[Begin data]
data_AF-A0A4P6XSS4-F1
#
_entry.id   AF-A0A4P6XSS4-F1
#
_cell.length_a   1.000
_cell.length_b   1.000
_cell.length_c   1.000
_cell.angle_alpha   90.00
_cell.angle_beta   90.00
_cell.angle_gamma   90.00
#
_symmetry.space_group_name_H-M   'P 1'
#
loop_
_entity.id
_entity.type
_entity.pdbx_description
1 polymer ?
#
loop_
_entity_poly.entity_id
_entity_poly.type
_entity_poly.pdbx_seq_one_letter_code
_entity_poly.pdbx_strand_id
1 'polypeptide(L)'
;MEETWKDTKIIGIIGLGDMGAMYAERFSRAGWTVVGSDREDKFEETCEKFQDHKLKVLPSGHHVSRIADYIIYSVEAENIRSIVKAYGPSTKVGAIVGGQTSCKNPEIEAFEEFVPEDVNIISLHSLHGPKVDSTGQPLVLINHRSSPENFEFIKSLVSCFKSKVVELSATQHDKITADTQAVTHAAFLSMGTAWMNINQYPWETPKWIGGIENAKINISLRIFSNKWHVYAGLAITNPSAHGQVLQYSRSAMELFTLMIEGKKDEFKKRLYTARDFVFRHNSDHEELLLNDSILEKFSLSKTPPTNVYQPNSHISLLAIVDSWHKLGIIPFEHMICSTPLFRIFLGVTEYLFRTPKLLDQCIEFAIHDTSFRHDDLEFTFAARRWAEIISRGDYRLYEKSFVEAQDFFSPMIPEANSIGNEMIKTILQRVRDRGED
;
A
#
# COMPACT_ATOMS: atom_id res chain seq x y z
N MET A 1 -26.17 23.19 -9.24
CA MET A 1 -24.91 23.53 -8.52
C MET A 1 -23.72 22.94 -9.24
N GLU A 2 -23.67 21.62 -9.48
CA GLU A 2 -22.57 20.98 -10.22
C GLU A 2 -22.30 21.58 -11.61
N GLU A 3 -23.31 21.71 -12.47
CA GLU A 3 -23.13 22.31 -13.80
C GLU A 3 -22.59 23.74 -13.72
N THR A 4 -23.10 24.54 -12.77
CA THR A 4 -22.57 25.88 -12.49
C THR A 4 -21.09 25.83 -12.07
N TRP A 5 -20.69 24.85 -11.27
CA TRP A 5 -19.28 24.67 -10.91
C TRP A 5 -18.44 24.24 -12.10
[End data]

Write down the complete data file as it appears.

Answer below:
data_AF-A0A4P6XSS4-F1
#
_entry.id   AF-A0A4P6XSS4-F1
#
_cell.length_a   1.000
_cell.length_b   1.000
_cell.length_c   1.000
_cell.angle_alpha   90.00
_cell.angle_beta   90.00
_cell.angle_gamma   90.00
#
_symmetry.space_group_name_H-M   'P 1'
#
loop_
_entity.id
_entity.type
_entity.pdbx_description
1 polymer ?
#
loop_
_entity_poly.entity_id
_entity_poly.type
_entity_poly.pdbx_seq_one_letter_code
_entity_poly.pdbx_strand_id
1 'polypeptide(L)'
;MEETWKDTKIIGIIGLGDMGAMYAERFSRAGWTVVGSDREDKFEETCEKFQDHKLKVLPSGHHVSRIADYIIYSVEAENIRSIVKAYGPSTKVGAIVGGQTSCKNPEIEAFEEFVPEDVNIISLHSLHGPKVDSTGQPLVLINHRSSPENFEFIKSLVSCFKSKVVELSATQHDKITADTQAVTHAAFLSMGTAWMNINQYPWETPKWIGGIENAKINISLRIFSNKWHVYAGLAITNPSAHGQVLQYSRSAMELFTLMIEGKKDEFKKRLYTARDFVFRHNSDHEELLLNDSILEKFSLSKTPPTNVYQPNSHISLLAIVDSWHKLGIIPFEHMICSTPLFRIFLGVTEYLFRTPKLLDQCIEFAIHDTSFRHDDLEFTFAARRWAEIISRGDYRLYEKSFVEAQDFFSPMIPEANSIGNEMIKTILQRVRDRGED
;
A
#
# COMPACT_ATOMS: atom_id res chain seq x y z
N MET A 1 -26.17 23.19 -9.24
CA MET A 1 -24.91 23.53 -8.52
C MET A 1 -23.72 22.94 -9.24
N GLU A 2 -23.67 21.62 -9.48
CA GLU A 2 -22.57 20.98 -10.22
C GLU A 2 -22.30 21.58 -11.61
N GLU A 3 -23.31 21.71 -12.47
CA GLU A 3 -23.13 22.31 -13.80
C GLU A 3 -22.59 23.74 -13.72
N THR A 4 -23.10 24.54 -12.77
CA THR A 4 -22.57 25.88 -12.49
C THR A 4 -21.09 25.83 -12.07
N TRP A 5 -20.69 24.85 -11.27
CA TRP A 5 -19.28 24.67 -10.91
C TRP A 5 -18.44 24.24 -12.10